Mother's Day is coming, and that means it's time for ... roses in space. To get ready, the students of Earth to Sky Calculus launched a crystal rose bouquet to the stratosphere. Floating on a cosmic ray balloon, it rose (no pun intended) to an altitude 102,690 feet above the Sierra Nevada of central California.
The students are selling space roses to fund their cosmic ray ballooning program. The roses are made of high-quality Borosilicate Crown Crystal often used in lenses and prisms. That's why they glitter so colorfully in sunlight at the edge of space.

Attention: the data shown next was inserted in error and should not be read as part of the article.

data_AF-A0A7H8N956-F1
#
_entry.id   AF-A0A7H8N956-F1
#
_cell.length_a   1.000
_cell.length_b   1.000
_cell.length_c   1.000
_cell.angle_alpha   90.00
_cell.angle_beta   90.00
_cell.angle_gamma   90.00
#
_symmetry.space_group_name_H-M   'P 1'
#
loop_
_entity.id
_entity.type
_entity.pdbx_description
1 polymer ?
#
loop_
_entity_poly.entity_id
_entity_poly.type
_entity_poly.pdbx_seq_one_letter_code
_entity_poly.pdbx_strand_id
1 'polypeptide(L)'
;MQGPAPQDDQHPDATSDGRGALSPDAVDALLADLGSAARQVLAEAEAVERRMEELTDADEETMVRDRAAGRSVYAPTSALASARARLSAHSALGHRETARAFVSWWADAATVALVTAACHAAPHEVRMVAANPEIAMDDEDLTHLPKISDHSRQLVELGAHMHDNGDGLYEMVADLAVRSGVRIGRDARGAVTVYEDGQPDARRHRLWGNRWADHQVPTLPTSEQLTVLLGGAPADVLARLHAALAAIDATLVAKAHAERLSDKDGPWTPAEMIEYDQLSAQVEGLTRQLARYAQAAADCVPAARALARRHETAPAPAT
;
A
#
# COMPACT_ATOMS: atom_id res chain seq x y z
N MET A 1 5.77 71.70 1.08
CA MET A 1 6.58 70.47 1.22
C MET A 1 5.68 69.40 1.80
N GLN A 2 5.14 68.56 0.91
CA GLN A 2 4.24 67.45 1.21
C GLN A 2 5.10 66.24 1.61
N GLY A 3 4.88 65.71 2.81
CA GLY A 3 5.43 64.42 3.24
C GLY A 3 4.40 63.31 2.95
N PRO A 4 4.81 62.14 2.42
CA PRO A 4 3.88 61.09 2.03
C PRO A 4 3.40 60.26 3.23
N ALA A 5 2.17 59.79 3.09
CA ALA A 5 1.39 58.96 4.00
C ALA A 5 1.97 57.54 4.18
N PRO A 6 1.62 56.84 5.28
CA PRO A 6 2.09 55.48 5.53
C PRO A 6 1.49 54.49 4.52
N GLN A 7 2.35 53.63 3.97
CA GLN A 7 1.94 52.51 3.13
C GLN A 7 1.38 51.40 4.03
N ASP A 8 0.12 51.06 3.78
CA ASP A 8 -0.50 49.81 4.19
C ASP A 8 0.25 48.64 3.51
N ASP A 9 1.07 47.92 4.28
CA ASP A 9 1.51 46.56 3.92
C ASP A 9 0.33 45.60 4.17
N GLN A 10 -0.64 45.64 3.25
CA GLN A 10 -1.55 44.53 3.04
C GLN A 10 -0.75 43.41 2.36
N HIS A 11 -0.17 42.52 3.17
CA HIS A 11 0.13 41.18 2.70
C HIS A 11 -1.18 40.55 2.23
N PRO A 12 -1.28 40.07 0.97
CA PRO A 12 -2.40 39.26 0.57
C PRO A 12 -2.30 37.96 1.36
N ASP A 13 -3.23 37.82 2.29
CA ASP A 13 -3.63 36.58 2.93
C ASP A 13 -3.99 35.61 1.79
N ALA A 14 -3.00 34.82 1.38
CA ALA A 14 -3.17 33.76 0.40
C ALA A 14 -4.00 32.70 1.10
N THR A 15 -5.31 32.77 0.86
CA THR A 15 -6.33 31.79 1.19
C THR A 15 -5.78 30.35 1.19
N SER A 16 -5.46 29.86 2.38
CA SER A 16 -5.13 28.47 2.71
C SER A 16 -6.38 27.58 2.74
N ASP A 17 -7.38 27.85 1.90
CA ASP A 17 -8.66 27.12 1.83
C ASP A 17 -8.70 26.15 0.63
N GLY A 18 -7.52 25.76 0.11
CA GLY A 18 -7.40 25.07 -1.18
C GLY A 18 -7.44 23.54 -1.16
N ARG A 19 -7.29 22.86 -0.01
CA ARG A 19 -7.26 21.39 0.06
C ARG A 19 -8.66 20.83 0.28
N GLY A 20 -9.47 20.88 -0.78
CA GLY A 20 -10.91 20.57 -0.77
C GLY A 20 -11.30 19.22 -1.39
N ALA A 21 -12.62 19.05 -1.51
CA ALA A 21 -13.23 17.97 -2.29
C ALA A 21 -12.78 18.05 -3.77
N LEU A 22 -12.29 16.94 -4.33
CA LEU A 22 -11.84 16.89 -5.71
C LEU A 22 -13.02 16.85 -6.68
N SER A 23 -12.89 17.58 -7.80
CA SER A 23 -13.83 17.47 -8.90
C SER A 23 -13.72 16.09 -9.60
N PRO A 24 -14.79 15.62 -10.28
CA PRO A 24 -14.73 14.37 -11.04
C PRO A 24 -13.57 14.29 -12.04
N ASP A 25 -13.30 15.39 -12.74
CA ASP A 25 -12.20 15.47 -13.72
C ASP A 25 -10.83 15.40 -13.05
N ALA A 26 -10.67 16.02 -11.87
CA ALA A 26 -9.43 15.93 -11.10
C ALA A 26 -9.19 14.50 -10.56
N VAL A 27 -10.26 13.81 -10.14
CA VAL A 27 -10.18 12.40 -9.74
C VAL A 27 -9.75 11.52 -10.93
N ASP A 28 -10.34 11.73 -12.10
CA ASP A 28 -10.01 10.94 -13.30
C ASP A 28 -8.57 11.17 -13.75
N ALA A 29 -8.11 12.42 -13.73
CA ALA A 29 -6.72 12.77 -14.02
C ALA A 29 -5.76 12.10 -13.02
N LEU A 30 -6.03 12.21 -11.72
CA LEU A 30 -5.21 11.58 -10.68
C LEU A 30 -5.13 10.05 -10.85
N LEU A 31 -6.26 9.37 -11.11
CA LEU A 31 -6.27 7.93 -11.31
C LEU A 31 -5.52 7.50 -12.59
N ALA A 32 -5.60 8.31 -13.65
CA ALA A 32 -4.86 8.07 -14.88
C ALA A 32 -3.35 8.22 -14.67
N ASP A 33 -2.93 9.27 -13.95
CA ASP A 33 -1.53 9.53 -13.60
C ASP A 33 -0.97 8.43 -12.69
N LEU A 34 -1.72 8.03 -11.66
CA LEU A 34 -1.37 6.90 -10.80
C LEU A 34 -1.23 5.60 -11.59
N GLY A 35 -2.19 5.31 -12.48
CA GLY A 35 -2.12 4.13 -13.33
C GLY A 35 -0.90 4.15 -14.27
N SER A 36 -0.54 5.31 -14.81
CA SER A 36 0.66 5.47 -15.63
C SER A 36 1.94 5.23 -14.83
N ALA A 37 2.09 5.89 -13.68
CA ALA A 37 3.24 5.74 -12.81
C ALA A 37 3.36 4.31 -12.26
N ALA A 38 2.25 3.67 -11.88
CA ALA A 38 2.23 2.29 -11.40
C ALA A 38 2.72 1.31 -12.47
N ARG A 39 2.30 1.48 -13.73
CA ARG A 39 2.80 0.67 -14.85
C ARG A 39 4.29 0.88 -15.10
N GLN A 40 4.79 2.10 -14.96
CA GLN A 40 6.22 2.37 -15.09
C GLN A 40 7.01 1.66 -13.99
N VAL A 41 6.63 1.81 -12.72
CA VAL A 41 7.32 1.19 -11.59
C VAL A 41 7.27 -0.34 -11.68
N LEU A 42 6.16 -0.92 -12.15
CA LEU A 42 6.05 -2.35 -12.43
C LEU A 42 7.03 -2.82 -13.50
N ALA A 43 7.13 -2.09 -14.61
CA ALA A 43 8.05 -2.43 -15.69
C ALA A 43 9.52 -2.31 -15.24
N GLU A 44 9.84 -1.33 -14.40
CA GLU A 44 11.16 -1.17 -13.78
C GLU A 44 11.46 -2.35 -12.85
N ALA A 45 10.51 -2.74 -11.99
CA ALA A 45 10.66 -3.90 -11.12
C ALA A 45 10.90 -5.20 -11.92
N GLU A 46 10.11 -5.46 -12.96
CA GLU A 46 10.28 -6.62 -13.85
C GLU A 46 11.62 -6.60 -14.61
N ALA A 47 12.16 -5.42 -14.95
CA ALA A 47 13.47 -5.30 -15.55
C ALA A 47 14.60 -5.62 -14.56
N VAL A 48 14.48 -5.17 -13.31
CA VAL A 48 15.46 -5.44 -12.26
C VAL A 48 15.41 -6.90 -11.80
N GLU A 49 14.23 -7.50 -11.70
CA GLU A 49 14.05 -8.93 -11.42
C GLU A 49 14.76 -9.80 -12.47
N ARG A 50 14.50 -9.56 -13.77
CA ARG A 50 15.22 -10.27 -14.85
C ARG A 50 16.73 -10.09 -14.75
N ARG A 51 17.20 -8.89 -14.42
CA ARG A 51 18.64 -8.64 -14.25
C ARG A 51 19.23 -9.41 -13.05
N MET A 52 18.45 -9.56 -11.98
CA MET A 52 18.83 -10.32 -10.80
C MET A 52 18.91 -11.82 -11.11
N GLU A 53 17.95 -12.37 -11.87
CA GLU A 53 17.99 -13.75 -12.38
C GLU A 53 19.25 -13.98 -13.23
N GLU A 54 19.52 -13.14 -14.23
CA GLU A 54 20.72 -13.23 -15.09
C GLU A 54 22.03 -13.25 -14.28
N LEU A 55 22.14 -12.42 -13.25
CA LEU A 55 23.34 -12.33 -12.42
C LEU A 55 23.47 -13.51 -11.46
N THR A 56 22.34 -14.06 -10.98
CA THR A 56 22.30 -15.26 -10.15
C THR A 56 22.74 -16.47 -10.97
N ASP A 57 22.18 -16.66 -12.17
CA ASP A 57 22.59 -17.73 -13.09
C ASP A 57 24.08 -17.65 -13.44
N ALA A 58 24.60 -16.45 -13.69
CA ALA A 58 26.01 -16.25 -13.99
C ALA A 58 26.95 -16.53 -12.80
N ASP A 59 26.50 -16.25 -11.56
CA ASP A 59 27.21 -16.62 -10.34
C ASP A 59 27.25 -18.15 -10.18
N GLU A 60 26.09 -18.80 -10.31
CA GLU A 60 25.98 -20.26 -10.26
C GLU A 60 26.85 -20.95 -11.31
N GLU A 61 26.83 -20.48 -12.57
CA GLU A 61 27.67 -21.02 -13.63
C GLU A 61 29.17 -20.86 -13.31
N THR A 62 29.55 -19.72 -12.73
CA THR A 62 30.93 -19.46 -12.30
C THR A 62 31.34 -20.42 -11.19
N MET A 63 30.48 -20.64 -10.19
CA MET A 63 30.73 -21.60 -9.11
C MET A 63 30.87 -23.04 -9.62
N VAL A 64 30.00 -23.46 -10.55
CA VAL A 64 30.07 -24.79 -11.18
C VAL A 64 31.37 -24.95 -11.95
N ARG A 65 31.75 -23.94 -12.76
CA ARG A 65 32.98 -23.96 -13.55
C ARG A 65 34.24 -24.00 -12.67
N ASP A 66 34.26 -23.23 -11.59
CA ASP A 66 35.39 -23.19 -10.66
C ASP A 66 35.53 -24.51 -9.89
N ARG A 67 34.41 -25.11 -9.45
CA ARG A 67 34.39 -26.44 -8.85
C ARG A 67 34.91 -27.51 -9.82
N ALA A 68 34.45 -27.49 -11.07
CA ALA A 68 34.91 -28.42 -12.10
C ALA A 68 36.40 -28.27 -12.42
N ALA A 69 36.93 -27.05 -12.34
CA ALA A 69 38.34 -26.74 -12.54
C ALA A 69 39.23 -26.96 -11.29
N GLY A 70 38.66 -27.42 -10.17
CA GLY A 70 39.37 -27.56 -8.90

The roses spent almost 2.5 hours in the stratosphere. After the balloon exploded (as planned) the payload parachuted back to Earth, landing on the west side of the rugged Inyo Mountain. The roses had a wild ride, and the students got great data for their cosmic ray monitoring program.
Each bouquet comes with a greeting card showing the flowers in flight and telling the story of their journey to the stratosphere and back again. They make great Valentine's, Mother's Day, and romantic birthday gifts.